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'Banned' Mohsen Makhmalbaf film to open Venice Classics

Recovered and restored version of banned film The Nights of Zayandeh-Rood to be seen for the first time in more than 25 years.

Mohsen Makhmalbaf’s The Nights of Zayandeh-Rood, a film that was cut and banned by Iranian censors in 1990, has been resurrected and will open the Venice Classics strand of the 73rd Venice International Film Festival (Aug 31-Sept 10) on Sept 1.

Makhmalbaf, perhaps best known for films such as Palme d’Or nominated Kandahar (2001) and The President (2014), made the feature in Iran in 1990 and it was shown just once at the Fajr Film Festival.

At the time, the Iranian censorship committee decreed that the film betrayed the spirit of the Iranian revolution and cut 37 minutes out of the original negative.

Following its public screening, even the cut version was banned and all public screenings were prohibited. Furthermore, no copies of the film were allowed to be made.

Earlier this year, some parts of the original negative were stolen from the archives of the Iranian censorship committee and the copy has been restored by Makhmalbaf himself. It is the cut version - 63 minutes instead of the original 100 - with the missing parts likely lost forever.

Makhmalbaf, who was previously at Venice in 2014 with The President and won awards for his Golden Lion-nominated film Sokout in 1998, recalled seeing his film for the first time in 26 years.

“I was surprised to notice that in spite of all the mutilations (nearly one third of the film), the story and the main structure of the film still remained rather unharmed,” said the director.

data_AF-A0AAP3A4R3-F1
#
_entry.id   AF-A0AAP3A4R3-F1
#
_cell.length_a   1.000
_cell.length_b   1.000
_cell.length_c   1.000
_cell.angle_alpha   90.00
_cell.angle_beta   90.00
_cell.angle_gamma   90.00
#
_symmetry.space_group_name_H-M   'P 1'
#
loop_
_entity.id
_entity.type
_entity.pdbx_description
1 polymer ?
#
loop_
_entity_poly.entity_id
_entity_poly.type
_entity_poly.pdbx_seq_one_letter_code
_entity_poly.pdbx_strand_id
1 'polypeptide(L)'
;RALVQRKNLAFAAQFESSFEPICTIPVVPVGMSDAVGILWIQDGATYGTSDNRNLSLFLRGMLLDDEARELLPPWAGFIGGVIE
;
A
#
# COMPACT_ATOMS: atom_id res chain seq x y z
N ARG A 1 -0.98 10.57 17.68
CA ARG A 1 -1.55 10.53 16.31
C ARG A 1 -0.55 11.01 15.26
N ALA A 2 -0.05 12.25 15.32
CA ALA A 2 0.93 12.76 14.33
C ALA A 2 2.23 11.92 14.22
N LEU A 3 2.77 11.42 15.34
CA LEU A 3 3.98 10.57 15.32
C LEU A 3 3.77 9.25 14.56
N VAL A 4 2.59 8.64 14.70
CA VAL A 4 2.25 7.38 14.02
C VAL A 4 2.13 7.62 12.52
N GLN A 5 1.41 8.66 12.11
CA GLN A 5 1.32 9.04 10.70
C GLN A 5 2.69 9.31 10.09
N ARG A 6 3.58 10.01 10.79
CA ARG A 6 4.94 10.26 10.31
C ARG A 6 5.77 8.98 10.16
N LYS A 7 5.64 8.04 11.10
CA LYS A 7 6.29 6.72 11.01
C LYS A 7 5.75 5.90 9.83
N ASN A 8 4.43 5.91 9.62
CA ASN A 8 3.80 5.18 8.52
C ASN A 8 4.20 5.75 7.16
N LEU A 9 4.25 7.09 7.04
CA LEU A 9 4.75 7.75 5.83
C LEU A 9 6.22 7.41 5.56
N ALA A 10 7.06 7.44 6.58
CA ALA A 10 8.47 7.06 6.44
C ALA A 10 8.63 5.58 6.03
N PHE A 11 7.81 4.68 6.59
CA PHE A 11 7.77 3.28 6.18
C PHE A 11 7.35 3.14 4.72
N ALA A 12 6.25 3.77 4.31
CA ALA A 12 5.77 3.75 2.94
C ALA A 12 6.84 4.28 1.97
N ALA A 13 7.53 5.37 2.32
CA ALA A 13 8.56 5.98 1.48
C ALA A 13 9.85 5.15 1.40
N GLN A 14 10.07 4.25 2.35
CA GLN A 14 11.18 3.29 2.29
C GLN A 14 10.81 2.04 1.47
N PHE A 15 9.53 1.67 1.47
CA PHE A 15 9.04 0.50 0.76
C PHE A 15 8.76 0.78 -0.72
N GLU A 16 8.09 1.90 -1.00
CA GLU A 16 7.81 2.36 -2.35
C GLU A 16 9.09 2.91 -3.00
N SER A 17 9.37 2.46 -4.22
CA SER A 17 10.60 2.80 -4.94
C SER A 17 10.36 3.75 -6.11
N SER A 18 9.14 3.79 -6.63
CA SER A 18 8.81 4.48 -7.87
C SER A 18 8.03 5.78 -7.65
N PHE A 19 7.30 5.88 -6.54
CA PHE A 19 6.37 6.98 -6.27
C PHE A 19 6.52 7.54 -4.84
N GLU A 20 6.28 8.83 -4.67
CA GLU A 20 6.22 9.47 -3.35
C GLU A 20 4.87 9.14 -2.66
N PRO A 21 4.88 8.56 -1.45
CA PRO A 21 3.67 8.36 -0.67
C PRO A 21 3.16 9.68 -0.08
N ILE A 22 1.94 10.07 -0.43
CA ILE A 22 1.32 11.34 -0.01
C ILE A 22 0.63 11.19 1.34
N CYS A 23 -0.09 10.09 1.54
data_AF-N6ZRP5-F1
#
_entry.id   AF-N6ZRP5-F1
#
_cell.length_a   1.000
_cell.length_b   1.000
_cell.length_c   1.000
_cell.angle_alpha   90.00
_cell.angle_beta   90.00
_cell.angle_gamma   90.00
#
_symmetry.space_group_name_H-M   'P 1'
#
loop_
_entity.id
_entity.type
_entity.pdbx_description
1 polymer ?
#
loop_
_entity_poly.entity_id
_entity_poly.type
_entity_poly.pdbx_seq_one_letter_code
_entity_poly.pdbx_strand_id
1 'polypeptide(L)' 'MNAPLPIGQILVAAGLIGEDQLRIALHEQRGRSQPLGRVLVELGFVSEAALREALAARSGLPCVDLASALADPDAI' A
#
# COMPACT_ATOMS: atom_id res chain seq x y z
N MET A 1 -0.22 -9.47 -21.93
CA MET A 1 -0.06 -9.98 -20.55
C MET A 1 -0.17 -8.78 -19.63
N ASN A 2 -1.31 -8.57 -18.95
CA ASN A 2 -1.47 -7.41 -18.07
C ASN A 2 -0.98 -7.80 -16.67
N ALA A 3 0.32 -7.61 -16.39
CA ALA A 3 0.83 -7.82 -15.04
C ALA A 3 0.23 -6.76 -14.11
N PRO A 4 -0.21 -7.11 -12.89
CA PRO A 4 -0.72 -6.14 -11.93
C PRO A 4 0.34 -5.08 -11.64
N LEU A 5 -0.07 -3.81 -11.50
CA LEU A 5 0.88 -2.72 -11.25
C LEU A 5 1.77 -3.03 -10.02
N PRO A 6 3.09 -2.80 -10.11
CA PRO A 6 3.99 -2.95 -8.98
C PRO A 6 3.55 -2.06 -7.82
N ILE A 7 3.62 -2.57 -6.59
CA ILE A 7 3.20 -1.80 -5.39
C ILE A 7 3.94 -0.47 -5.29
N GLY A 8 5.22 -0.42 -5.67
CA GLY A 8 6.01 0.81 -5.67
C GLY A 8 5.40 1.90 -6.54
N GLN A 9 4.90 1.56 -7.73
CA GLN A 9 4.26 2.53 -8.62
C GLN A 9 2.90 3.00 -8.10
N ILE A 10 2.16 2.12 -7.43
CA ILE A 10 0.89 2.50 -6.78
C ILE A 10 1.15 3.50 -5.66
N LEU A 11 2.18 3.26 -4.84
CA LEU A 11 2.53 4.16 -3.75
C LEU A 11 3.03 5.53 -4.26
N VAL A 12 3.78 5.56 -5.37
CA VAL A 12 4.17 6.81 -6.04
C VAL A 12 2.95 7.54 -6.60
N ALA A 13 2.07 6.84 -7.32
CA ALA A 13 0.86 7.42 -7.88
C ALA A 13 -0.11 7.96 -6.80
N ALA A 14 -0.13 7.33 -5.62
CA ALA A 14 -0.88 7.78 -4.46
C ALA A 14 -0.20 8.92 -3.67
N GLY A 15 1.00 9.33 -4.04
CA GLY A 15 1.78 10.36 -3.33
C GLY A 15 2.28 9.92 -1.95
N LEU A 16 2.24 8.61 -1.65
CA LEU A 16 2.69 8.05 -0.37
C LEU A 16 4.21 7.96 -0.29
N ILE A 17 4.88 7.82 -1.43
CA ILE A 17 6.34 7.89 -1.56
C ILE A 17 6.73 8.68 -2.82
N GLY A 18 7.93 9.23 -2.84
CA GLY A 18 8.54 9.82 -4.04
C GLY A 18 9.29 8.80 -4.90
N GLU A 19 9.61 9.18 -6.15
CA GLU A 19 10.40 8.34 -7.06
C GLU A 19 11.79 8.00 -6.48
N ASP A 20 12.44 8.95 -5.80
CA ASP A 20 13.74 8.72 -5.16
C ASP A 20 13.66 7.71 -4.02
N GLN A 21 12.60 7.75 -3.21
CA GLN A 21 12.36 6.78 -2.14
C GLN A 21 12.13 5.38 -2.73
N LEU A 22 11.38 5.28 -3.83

“The film looked like a living thing with no limbs but it was still breathing, and its story and meaning were not lost. I decided to work on what I had recovered from the remaining negative and the sounds in London.”

Makhmalbaf, who is now based in Paris, sent the restored film to Venice but held out little hope of selection as the submission date had passed.

But just a few hours after the film was sent, festival director Alberto Barbaera emailed Makhmalbaf to say he wanted to present it in Venice, describing it as “audacious and touching” while expressing frustration that “the film has been slaughtered” by cuts.

“After reading Mr. Barbera’s words, it felt like the film had been given a new life,” said the filmmaker.

“I remembered the day all those years ago, when the Iranian supreme leader had sent someone from his office to me. His messenger was a clergy man (Mullah), and he was there to make threats about my execution.

“I replied to him: ‘It’s easy to silence the filmmaker, but it’s impossible to suppress the cinema.’”

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